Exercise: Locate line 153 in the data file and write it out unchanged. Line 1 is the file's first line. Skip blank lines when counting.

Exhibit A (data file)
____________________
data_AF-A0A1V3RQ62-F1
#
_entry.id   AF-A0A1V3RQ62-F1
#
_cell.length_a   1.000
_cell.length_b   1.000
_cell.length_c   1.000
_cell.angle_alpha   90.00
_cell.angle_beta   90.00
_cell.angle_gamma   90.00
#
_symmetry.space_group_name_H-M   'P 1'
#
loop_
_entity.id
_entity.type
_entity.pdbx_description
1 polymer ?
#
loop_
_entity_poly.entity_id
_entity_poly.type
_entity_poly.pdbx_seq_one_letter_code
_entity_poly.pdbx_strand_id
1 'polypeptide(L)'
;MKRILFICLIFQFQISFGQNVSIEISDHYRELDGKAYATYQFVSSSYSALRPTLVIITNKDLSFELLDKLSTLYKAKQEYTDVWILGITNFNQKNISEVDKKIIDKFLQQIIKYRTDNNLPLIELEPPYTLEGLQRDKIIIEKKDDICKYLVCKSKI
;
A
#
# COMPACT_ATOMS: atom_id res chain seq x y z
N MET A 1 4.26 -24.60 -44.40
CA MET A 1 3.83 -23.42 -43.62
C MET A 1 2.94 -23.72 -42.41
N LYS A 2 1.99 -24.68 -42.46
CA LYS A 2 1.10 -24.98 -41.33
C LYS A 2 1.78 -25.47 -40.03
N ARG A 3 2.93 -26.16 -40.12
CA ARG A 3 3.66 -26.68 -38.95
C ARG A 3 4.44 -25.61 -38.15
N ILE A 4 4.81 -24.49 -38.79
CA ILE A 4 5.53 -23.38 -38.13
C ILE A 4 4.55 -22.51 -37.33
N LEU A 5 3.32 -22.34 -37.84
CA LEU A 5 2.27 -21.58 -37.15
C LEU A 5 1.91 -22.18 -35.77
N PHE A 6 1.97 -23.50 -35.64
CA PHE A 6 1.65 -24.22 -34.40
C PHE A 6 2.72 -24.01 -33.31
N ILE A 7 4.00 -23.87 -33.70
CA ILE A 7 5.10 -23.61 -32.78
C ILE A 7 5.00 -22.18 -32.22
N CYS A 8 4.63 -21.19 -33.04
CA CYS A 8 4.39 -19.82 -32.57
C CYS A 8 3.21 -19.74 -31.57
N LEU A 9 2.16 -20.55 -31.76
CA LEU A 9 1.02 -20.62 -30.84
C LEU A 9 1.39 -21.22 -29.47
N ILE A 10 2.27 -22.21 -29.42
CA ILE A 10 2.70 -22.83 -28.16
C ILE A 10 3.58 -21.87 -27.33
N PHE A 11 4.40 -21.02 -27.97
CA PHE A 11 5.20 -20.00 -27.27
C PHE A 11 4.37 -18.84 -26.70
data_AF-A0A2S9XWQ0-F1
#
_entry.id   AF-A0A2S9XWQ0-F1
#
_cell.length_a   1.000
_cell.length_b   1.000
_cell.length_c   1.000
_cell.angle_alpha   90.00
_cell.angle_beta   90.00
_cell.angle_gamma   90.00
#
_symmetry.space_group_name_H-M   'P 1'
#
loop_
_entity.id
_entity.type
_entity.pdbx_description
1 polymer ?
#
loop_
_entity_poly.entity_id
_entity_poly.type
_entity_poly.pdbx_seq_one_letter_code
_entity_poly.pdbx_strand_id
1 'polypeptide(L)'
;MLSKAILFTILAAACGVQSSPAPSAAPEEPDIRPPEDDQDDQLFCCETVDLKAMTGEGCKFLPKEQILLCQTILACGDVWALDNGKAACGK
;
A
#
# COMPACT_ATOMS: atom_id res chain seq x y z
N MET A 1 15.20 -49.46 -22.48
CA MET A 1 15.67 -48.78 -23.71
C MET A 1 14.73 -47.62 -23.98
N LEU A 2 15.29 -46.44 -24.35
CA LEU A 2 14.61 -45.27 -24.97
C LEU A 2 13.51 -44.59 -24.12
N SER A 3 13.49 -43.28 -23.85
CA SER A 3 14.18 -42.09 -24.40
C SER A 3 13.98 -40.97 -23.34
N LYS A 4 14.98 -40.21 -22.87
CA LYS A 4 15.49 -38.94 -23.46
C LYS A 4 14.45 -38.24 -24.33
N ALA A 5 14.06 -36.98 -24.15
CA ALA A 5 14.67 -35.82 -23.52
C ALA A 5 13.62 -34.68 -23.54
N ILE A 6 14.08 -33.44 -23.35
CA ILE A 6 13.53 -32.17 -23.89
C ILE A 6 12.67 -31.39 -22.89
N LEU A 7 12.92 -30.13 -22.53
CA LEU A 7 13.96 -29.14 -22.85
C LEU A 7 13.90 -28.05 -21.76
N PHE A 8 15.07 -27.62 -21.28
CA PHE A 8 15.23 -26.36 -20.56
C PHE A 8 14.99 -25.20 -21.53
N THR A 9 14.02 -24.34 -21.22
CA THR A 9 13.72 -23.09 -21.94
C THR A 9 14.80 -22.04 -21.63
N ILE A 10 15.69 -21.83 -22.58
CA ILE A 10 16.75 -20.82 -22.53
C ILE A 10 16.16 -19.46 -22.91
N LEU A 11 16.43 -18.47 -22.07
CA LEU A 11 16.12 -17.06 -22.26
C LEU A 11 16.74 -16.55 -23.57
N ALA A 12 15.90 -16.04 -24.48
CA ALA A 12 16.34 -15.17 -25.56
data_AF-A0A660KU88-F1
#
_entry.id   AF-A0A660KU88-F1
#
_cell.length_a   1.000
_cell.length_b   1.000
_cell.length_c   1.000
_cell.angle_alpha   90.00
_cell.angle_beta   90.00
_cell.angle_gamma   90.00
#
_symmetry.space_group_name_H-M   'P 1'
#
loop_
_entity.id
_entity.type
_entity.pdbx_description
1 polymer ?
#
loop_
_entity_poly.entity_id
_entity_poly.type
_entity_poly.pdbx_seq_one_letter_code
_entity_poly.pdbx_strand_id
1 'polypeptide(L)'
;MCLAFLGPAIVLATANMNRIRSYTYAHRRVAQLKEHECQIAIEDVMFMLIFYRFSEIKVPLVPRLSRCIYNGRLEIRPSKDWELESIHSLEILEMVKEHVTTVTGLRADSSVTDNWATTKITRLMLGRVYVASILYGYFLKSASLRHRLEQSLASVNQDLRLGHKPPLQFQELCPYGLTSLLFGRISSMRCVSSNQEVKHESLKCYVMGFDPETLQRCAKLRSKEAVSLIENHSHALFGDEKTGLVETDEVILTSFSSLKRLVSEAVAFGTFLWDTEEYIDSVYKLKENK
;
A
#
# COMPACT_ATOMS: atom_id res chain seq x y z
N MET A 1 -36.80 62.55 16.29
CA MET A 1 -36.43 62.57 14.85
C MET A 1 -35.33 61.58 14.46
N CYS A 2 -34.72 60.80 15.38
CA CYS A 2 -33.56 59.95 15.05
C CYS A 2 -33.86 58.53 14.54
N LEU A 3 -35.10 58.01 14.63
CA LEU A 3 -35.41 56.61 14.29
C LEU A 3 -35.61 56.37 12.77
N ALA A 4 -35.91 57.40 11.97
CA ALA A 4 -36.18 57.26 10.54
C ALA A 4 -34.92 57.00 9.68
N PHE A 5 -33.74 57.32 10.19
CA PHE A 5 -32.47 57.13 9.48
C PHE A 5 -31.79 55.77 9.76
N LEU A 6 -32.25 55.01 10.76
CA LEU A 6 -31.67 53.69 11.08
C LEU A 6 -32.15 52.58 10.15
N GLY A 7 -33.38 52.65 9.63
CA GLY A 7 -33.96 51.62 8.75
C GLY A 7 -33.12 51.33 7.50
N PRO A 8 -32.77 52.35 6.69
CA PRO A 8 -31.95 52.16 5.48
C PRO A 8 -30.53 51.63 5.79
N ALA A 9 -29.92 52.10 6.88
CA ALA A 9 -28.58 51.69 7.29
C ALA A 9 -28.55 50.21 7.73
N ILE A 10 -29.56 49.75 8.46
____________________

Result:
1 'polypeptide(L)'